Sunday, June 23, 2013

melodic, black-core metal: Eshtadur (Colombia): "Stay Away from Evil and Get Close to Me"

melodic, black-core metal: Eshtadur (Colombia): "Stay Away from Evil and Get Close to Me"
The first song I heard by Eshtadur was the title track "Stay Away from Evil and Get Close to Me" and I liked what I heard. That song, and "Son of a Witch" showcase, in my perspective, the band's strengths. In both cases the music is faster, melodic black metal, with a clear sound quality, and both numbers are immediately intelligible, and likable. Coming across as a "modern" band, they do well, with a youthful energy that is encouraging.
The raspy vocals and the drumming, in particular, appear to be by musicians with a good attitude and effort. At times, the drumming seems to carry the brunt of the song, pushing forward the speed and rhythm. Similarly, the vocals are pretty good, with some death metal low growling in places, to add variety, as well as some really screechy yelling.
One thing that I do find surprising is how much Eshtadur actually mixes their influences and wear them on the sleeves. At times, I think the unity of the sound takes a turn for the worse because the more midtempo moments illustrate a feature of the band that is not their strongest, in my opinion.
In particular, I find some of the guitar work to be less effective when the music is midtempo. When the music goes fast, the riffs, while perhaps reminiscent of melodic/growl metal's most influential band's, sounds friendly to my ears.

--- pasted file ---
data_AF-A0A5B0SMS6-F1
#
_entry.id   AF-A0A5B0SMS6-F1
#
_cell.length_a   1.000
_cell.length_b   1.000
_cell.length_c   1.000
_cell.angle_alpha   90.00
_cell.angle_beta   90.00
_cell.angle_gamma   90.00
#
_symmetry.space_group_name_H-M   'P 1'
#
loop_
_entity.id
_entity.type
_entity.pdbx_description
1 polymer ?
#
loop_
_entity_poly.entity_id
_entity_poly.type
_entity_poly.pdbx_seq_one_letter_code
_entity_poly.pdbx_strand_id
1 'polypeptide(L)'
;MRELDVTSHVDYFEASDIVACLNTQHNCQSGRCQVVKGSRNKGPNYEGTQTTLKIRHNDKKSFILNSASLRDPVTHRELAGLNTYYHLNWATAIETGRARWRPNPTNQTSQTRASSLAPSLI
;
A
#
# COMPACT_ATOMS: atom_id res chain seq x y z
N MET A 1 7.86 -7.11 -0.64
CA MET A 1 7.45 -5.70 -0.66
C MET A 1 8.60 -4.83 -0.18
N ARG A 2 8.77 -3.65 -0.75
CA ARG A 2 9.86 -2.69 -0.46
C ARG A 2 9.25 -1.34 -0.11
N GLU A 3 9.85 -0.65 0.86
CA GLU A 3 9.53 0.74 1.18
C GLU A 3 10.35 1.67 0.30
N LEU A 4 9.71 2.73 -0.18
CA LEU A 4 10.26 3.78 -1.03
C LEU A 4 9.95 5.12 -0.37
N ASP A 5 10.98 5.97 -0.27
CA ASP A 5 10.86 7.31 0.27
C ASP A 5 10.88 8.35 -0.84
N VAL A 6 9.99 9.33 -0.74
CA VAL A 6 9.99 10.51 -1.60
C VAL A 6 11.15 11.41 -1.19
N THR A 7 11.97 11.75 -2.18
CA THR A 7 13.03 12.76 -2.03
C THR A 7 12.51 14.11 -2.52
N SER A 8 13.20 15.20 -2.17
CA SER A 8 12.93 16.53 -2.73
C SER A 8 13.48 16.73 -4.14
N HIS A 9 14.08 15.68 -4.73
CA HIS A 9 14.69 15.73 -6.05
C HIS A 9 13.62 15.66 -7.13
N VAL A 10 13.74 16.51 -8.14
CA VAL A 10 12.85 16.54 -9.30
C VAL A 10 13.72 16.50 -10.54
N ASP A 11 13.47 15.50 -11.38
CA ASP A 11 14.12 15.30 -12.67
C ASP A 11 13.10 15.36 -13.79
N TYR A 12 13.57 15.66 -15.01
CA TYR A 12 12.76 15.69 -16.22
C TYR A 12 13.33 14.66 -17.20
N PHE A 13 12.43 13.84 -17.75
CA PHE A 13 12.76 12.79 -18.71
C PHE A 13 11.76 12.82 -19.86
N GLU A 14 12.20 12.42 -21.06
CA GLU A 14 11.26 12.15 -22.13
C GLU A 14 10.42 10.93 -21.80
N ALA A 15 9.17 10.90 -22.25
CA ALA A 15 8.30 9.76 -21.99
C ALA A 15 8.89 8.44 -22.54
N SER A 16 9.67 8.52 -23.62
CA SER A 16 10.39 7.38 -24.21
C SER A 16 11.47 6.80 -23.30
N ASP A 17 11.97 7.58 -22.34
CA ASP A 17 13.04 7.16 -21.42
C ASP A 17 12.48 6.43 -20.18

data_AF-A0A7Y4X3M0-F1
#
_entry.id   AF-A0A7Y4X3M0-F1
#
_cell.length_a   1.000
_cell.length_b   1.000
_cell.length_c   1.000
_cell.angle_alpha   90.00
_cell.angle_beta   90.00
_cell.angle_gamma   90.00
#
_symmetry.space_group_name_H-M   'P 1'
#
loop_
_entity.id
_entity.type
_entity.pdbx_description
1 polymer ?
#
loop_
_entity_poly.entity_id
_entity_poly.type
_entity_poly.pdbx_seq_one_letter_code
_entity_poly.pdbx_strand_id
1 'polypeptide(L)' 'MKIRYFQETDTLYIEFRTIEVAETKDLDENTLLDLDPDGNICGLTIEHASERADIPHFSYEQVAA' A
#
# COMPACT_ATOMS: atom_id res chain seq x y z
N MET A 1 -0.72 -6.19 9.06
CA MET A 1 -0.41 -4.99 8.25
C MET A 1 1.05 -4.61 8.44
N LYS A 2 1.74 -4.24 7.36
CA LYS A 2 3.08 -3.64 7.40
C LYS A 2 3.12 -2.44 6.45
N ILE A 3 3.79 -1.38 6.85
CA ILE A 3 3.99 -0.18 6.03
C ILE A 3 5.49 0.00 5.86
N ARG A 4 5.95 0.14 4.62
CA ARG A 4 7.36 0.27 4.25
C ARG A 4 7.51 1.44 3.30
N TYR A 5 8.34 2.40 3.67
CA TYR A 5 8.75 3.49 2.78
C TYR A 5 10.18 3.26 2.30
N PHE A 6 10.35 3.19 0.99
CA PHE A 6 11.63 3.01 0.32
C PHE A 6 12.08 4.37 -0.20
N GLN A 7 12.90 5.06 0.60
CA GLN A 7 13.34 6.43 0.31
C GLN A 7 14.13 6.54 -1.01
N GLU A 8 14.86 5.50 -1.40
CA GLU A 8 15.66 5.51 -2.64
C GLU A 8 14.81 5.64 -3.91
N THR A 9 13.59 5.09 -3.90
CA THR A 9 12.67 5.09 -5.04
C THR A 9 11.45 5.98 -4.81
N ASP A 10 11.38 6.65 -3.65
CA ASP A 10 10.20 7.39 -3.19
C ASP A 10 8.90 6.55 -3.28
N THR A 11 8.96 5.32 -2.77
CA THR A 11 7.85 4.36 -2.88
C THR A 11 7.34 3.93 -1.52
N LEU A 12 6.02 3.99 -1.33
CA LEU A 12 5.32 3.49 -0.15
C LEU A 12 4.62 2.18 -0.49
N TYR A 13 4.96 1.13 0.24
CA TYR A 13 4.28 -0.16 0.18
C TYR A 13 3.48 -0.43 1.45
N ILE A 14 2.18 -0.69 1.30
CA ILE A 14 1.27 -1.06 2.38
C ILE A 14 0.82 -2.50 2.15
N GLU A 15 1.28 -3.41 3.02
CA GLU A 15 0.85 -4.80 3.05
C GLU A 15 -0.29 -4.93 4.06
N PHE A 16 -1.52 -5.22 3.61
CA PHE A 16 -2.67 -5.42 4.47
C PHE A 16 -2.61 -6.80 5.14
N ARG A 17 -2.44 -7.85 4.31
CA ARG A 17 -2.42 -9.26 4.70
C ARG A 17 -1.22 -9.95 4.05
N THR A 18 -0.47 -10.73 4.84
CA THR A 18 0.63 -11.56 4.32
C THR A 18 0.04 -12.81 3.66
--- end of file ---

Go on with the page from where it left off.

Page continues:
The midtempo moments show a recurring tendency to sound like "metalcore," including with breakdown moments, such as found in the most famous core/breakdown/melodic/growl bands. To me, that does not sound as effective. Bands can mix all sorts of influences, and I'm sure that perhaps a younger audience would like that, given that that style is widely popular, like Killswitch Engage. However, in the case of Eshtadur, the chugga-chugga guitar goes a long ways towards undoing the ferocity of the speed in others songs or other parts of the songs.
Eshtadur sounds promising. To me, it would be better to concentrate more on the non-breakdown, non-core style, and instead use the strengths to build on the sound of the band, to reach out for the sound that can be consolidated in Eshtadur, along the lines of the better songs here, in the style of fast, melodic, symphonic metal.

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